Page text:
Bringing down the immigration curtain

County View

County View
John Healy

Rumblings of discontent at the level of immigration into Ireland are a warning sign that our welcome for strangers has its limits. That is not to say that the Claremorris response to the provision of modular housing for Ukrainian refugees is a representative one. The level of goodwill and sympathy for those fleeing from a brutal war remains high, and few could fail to be moved by the plight of displaced families whose future – indeed whose very existence – is unsure.
That said, however, there is every sign that Ireland will soon become a colder house for those seeking a new life in Europe. The past week has seen unambiguous hints from senior Cabinet ministers that long term residents in direct provision accommodation will soon be charged rent for their keep. (There are many who would suggest that being housed in direct provision is punishment enough, without having to pay for the privilege).
The mood of acceptance for asylum seekers can hardly have been improved by the release of Department of Justice information that, in the first seven months of this year, three thousand of the people who came into Dublin Airport seeking asylum, were unable to produce travel documents on arrival. This meant, theoretically, that they were refused leave to land, whereupon it appears that the vast majority immediately claimed asylum status in this country.
But the apparent conundrum to all of this is that travel documents are required in order to board international flights at the point of departure. This means that large numbers of  ‘asylum seekers’ are losing or deliberately destroying their passports en route, and before presenting themselves to immigration control in Dublin. To counter this blatant gaming the system, it was found necessary to move passport checks to the steps of the aircraft, to prevent incomers destroying their documents before reaching the arrivals desk.
It is thought that the number of asylum seekers arriving into the country this year will exceed 15,000, a figure which does not include those under sixteen. It is a number which is already stretching the resources of the State and is placing such immigrants in unwelcome competition with the 50,000 Ukrainians who have already found home and shelter and a semblance of normality here.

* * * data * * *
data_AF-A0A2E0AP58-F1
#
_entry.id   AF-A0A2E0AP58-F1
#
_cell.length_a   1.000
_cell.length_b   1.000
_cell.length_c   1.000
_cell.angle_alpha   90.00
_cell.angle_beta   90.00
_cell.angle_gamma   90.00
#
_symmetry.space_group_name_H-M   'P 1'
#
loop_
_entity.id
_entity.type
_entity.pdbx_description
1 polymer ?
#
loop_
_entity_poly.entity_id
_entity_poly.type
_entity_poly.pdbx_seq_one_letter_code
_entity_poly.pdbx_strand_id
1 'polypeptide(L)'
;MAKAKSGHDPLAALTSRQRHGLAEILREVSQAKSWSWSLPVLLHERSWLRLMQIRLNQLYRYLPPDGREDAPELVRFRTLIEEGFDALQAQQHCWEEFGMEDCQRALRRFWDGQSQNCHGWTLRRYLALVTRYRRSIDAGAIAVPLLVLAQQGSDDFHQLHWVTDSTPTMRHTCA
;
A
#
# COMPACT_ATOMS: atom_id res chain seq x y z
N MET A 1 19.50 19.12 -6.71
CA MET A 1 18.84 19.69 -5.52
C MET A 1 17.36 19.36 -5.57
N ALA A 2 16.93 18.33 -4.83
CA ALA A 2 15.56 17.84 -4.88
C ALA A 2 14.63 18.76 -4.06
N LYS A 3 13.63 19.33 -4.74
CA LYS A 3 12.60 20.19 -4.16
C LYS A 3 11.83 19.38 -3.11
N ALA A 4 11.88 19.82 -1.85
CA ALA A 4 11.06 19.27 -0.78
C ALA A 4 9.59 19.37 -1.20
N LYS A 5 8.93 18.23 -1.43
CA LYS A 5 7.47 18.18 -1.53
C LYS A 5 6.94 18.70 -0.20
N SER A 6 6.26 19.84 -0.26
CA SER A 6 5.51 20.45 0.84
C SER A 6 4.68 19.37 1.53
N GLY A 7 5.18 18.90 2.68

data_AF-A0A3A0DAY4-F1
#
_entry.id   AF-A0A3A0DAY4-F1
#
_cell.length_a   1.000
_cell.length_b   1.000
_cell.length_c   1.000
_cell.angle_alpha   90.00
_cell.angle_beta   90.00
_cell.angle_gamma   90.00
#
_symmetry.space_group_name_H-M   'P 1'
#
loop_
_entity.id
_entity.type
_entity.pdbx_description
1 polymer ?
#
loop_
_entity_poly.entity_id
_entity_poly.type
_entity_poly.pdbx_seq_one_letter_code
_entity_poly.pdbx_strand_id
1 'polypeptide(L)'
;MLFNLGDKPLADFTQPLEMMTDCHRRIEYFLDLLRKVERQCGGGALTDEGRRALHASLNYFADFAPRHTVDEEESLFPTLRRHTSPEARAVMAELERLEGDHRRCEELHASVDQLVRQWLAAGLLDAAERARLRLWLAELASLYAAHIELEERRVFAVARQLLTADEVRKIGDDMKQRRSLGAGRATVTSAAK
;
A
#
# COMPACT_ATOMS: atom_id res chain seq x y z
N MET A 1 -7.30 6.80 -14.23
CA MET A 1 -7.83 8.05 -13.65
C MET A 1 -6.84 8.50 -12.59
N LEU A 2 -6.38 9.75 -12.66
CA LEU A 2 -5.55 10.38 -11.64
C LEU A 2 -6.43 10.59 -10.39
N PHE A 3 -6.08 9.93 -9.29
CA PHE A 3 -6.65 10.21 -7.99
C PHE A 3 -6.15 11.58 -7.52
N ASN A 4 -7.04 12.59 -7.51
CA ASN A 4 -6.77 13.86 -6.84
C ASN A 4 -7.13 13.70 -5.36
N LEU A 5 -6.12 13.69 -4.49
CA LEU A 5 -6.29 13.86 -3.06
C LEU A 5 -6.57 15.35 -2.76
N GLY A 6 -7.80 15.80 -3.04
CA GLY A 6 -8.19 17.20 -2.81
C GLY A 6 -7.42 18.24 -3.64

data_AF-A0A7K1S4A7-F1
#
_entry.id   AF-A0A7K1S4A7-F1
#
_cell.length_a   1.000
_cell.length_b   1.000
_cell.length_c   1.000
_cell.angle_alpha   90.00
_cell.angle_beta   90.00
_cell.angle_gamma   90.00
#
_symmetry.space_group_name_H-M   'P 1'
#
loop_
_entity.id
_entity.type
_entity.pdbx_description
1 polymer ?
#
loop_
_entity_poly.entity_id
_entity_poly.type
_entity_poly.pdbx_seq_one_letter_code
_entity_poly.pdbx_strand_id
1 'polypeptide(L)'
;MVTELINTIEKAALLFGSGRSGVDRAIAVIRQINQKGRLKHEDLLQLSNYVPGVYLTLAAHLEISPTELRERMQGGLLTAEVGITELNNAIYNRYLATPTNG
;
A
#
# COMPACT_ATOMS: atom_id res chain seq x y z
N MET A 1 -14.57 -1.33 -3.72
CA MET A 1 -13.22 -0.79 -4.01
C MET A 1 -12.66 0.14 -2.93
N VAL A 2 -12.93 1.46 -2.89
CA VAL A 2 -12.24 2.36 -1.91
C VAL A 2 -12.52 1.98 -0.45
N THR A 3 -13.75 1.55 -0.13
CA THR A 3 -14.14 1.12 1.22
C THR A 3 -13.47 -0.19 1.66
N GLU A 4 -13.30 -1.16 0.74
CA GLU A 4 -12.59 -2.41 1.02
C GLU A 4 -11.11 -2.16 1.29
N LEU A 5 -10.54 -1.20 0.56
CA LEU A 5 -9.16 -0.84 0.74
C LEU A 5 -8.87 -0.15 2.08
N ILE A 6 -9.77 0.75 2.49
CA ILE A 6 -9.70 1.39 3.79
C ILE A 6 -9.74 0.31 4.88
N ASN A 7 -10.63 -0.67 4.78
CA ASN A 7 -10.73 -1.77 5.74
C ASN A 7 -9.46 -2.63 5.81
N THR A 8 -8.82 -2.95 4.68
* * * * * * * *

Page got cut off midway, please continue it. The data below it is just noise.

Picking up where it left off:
Intolerance of immigrants has increased globally over the past five years, with some of the least tolerant countries being in the European Union. For many governments, the unceasing flow of humanity is a problem offering few solutions. The displacement of huge numbers of people seems inevitable; the observation by the Minister for Justice, Helen McEntee, that climate change is one of the main drivers of mass migration is a stark pointer to what the future will bring.
There are governments who have not shirked at cracking down hard on immigration; and it is worth noting that the tougher the policies, the more popular they seem in electoral terms. There are no votes in showing kindness to the outcasts of humanity. Across the water, Boris Johnson devised the Rwanda solution; unwanted immigrants would be summarily despatched to that East African country before they got a chance to set foot on British soil. His most enthusiastic cheerleader was a Home Secretary whose parents – one from Kenya, one from Mauritius – had arrived in England in the 1960s to find a better life for their children.
For every country, no less than for our own, immigration will become a major issue, as divisive as it will be disruptive. But there will come a point where the milk of human kindness will run dry, and where self interest will trump our innate empathy for others.